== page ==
dichotomy

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di·chot·o·my

(dī-kot'ō-mē),
Division into two parts.
[G. dichotomia, a cutting in two, fr. dicha, in two, + tomē, a cutting]

dichotomy

(dī-kŏt′ə-mē)
n. pl. dichoto·mies
1. A division into two contrasting things or parts: "the dichotomy of the one and the many" (Louis Auchincloss).
2. Astronomy The phase of the moon, Mercury, or Venus when half of the disk is illuminated.
3. Botany Branching characterized by successive forking into two approximately equal divisions.

dichotomy

, dichotomization (dī-kot′ŏ-mē) (dī-kot″ŏ-mĭ-zā′shŏn) [Gr. dicha, twofold, + tome, incision]
1. Bifurcation of a vein.
2. Cutting or dividing into two parts.
References in periodicals archive ?
We used the coding method "parameterization of reference cell" to code the dichotomic variables, assigning the value (0) to the categories Female (Sex), Medicine /High School), Public (Middle School Teaching Institution) and Montevideo (Location), and the value (1) for the categories Male, Engineering, Private and Inland.
The ongoing conflict in Syria--and to a lesser extent Iraq--has been used by salafi jihadis to propagate their extremist ideology, focusing on the simple dichotomic message of a constant worldwide, defensive fight between the ummah (the community of the Islamic peoples) and the infidels.
It should not necessarily translate into an apology of violent guerrilla tactics, or (and here we have to depart from Beverley's perspective) into clear-cut dichotomic subdivisions of contemporary political configurations or knee-jerk loyalties to constituted governments, be they of the so-called marea rosada or any other kind.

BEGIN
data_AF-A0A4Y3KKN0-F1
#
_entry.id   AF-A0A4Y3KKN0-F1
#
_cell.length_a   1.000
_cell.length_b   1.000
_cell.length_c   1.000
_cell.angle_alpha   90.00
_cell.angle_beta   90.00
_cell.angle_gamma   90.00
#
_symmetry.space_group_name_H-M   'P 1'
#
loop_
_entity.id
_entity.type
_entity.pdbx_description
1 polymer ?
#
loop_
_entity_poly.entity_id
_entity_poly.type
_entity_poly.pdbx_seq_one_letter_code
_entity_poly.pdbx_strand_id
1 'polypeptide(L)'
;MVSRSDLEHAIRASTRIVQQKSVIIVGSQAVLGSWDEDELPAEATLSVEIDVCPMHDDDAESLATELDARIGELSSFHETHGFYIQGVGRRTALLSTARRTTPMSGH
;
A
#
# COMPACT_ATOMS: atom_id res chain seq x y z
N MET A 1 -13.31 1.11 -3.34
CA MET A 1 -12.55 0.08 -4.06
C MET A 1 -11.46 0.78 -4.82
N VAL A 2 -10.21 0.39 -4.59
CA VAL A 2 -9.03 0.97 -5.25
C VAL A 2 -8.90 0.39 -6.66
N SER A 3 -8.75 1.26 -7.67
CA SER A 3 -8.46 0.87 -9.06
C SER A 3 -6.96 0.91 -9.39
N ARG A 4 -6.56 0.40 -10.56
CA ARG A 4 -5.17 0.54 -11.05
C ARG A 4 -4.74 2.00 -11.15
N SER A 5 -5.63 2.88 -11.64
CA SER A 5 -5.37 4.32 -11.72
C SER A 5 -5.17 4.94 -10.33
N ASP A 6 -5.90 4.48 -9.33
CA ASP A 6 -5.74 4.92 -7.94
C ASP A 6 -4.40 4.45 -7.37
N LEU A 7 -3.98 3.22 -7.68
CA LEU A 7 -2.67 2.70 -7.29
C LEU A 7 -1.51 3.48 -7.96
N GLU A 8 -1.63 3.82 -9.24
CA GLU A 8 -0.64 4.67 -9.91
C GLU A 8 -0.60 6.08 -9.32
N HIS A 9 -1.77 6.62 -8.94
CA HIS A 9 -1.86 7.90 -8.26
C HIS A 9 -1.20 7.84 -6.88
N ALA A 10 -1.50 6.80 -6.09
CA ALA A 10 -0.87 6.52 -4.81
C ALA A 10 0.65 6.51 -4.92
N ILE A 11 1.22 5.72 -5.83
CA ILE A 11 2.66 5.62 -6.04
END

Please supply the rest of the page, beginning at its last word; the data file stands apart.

The designing of the Protocol with a dichotomic differentiation into Annexes of countries (listed in Annex I, developed countries; not listed in Annex I, developing countries), and a slim chance of reaching an agreement among the main countries was seen by many theorists as the major reason for the negotiation failures.
Fisher's exact test or chi-squared test for trend was applied to dichotomic measures if the analysis was carried out between two or three groups.
Only one eye from each subject was randomly chosen for the study according to a random number sequence (dichotomic sequence, 0 and 1) in order to avoid the potential interference of the correlation that often exists between the two eyes of the same person.
Sasu, "On the dichotomic behavior of discrete dynamical systems on the half-line," Discrete and Continuous Dynamical Systems--Series A, vol.
Continuous variables were reported as mean [+ or -] standard deviation or median and interquartile range, dichotomic as percentages.
One of the central interests in the study of asymptotic behaviors of dynamical systems is to find conditions for their solutions to be stable, unstable, or dichotomic. The exponential dichotomy is one of the basic concepts arising in the theory of dynamical systems which describe phenomena from real world.
Citing Sara Ahmed, Brioni interprets the "postcolonial" as a "transnational space that transcends two supposedly unchangeable and dichotomic categories" (5).
This paper examines writings of women who wrote in the Urdu language at a time when reading and writing by women was highly dichotomic issue among the Muslim male elite, the majority of whom looked at women's education as a threat to their cultural norms and values.
The modern Western ontology, definitely mapped out in the works of Martin Heidegger, does not liquidate the duality of Greek ontology rather it de-regularizes it from dichotomic to synthetic relation.